Available with 3D Analyst license.

Triangular irregular networks (TIN) have been used by the GIS community for many years and are a digital means to represent surface morphology. TINs are a form of vector-based digital geographic data and are constructed by triangulating a set of vertices (points). The vertices are connected with a series of edges to form a network of triangles. There are different methods of interpolation to form these triangles, such as Delaunay triangulation or distance ordering. ArcGIS supports the Delaunay triangulation method.

The resulting triangulation satisfies the Delaunay triangle criterion, which ensures that no vertex lies within the interior of any of the circumcircles of the triangles in the network. If the Delaunay criterion is satisfied everywhere on the TIN, the minimum interior angle of all triangles is maximized. The result is that long, thin triangles are avoided as much as possible.

The edges of TINs form contiguous, nonoverlapping triangular facets and can be used to capture the position of linear features that play an important role in a surface, such as ridgelines or stream courses. The graphics below show the nodes and edges of a TIN (left) and the nodes, edges, and faces of a TIN (right).

Because nodes can be placed irregularly over a surface, TINs can have a higher resolution in areas where a surface is highly variable or where more detail is desired and a lower resolution in areas that are less variable.

The input features used to create a TIN remain in the same position as the nodes or edges in the TIN. This allows a TIN to preserve all the precision of the input data while simultaneously modeling the values between known points. You can include precisely located features on a surface—such as mountain peaks, roads, and streams—by using them as input features to the TIN nodes.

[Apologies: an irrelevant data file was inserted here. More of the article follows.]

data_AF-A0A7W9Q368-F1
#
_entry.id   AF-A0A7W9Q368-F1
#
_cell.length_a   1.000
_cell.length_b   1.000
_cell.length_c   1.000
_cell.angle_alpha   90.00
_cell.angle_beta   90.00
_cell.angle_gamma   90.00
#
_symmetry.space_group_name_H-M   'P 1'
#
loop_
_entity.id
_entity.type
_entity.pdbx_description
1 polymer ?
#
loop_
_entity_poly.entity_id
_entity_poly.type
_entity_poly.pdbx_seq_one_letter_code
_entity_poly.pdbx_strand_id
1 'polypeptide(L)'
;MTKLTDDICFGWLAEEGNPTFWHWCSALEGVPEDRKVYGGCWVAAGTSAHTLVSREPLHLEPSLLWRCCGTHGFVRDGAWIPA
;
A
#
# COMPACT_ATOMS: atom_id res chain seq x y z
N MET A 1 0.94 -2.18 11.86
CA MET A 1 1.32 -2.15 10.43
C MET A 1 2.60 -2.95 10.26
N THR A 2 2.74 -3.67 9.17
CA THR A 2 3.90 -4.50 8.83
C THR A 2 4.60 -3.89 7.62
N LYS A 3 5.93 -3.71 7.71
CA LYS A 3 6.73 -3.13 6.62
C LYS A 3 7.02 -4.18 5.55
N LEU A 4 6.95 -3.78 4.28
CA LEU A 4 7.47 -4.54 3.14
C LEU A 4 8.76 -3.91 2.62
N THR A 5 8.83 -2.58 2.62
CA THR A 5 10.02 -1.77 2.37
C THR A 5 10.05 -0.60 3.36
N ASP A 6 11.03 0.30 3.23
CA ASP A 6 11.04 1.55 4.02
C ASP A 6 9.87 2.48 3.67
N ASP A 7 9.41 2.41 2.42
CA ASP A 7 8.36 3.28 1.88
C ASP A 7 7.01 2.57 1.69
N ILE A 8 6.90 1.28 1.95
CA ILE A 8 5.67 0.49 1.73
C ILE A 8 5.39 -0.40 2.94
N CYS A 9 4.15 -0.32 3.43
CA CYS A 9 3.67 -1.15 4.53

A TIN expects units to be in feet or meters, not decimal degrees. Delaunay triangulations are not valid when constructed using angular coordinates from geographic coordinate systems.

TIN models are less widely available than raster surface models and tend to be more expensive to build and process. The cost of obtaining good source data can be high, and processing TINs tends to be less efficient than processing raster data because of the complex data structure.

TINs are typically used for high-precision modeling of smaller areas, such as in engineering applications, where they are useful because they allow calculations of planimetric area, surface area, and volume.

The maximum allowable size of a TIN varies relative to free, contiguous memory resources. Ten to 15 million nodes represents the largest size achievable under normal operating conditions with Win32. Regardless, it's strongly recommended to cap the size at a few million for the sake of usability and performance. Anything larger than this is best represented using a terrain dataset.

Because nodes can be placed irregularly over a surface, TINs can have a higher resolution in areas where a surface is highly variable or where more detail is desired and a lower resolution in areas that are less variable.